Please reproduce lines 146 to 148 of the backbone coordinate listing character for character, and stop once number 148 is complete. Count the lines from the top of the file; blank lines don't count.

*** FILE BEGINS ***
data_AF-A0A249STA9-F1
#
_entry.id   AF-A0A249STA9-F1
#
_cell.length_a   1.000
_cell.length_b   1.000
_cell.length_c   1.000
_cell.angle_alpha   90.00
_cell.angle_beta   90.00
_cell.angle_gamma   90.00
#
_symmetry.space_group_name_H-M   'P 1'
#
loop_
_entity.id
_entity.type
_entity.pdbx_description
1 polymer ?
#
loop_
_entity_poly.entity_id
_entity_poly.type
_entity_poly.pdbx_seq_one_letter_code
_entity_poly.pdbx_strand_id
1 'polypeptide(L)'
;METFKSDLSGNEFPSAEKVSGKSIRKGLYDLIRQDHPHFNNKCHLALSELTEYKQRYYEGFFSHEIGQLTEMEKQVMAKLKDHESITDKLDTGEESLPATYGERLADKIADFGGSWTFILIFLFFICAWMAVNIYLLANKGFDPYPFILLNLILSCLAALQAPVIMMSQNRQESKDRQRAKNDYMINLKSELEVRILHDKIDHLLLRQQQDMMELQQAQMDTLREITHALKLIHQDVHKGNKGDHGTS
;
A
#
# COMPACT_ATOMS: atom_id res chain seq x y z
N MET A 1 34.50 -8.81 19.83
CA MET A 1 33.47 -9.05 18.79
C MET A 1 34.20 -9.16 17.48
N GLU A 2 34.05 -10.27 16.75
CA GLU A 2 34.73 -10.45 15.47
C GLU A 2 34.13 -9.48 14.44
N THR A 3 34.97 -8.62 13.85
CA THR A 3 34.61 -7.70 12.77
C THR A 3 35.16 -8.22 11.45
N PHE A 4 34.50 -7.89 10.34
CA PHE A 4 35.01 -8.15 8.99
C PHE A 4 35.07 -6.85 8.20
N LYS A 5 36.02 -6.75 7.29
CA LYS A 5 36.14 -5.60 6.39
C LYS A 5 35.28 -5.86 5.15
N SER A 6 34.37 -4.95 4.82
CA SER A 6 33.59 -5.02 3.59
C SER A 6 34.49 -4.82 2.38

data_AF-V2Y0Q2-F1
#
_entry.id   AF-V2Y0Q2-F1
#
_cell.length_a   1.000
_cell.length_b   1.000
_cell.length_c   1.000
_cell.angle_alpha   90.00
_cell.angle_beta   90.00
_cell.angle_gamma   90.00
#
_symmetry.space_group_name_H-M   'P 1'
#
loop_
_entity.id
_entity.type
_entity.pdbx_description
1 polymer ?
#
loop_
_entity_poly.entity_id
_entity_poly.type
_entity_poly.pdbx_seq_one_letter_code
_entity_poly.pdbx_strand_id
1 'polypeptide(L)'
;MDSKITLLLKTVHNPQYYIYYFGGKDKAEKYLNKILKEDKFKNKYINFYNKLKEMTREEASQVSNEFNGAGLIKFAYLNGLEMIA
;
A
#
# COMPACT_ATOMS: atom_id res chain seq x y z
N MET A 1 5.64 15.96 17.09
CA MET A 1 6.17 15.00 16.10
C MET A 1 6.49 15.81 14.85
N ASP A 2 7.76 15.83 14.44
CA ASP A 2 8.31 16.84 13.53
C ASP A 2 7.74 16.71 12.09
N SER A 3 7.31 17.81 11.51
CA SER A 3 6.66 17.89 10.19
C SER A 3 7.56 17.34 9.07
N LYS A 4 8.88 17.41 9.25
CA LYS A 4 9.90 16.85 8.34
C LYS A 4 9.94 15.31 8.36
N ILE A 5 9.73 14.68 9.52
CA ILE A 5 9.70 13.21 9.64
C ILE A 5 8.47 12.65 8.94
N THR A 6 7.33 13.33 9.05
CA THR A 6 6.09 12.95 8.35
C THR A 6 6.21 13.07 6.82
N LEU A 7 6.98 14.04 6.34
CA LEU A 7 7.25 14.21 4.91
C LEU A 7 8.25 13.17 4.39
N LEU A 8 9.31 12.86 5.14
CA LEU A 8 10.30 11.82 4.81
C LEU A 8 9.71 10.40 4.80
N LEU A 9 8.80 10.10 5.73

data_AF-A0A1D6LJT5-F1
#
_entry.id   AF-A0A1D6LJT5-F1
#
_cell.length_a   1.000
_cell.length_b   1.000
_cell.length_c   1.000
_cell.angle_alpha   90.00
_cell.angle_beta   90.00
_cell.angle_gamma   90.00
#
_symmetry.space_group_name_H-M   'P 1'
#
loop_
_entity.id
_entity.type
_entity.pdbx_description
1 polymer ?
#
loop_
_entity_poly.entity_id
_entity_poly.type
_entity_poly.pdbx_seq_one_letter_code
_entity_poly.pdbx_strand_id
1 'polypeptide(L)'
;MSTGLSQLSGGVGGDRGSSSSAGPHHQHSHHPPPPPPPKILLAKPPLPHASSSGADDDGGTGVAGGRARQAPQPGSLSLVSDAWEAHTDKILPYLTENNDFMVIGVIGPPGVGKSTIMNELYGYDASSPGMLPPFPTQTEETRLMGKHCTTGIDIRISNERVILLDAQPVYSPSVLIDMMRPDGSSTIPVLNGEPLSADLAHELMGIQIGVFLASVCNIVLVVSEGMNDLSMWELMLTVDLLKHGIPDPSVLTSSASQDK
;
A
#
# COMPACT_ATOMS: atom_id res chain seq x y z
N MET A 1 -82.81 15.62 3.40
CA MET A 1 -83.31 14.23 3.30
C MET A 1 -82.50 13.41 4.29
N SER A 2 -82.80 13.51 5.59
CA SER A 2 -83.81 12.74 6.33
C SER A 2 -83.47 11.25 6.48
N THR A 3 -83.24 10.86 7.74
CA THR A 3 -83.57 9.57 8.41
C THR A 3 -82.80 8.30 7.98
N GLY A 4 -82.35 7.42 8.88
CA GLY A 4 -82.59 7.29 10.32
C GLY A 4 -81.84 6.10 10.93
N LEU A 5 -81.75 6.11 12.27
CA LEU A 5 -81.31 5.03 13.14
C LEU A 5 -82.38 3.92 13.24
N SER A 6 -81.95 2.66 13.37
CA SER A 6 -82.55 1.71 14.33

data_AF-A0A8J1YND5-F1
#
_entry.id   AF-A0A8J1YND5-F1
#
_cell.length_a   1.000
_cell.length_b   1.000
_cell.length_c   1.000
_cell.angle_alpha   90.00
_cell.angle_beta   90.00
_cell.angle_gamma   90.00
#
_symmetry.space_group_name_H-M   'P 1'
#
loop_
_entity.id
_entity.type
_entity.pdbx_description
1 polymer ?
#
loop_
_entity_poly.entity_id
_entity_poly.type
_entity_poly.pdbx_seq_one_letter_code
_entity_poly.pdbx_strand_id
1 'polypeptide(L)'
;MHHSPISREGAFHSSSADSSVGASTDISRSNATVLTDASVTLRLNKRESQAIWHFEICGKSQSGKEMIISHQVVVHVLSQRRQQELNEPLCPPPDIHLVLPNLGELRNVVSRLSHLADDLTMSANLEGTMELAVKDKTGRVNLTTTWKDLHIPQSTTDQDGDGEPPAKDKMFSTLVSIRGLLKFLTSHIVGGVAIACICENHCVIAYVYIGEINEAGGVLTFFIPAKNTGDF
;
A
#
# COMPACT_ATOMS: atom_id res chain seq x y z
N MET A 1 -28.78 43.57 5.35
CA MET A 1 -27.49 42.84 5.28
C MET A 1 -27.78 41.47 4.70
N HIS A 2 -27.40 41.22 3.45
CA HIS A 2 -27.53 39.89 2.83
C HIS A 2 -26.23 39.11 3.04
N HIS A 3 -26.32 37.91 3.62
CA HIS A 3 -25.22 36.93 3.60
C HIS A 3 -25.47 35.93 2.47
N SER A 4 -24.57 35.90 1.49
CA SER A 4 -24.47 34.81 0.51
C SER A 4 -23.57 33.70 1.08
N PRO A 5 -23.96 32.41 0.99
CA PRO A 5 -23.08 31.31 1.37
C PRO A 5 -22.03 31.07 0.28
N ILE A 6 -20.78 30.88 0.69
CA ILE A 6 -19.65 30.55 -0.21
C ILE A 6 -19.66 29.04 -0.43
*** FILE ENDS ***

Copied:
N LEU A 5 -81.75 6.11 12.27
CA LEU A 5 -81.31 5.03 13.14
C LEU A 5 -82.38 3.92 13.24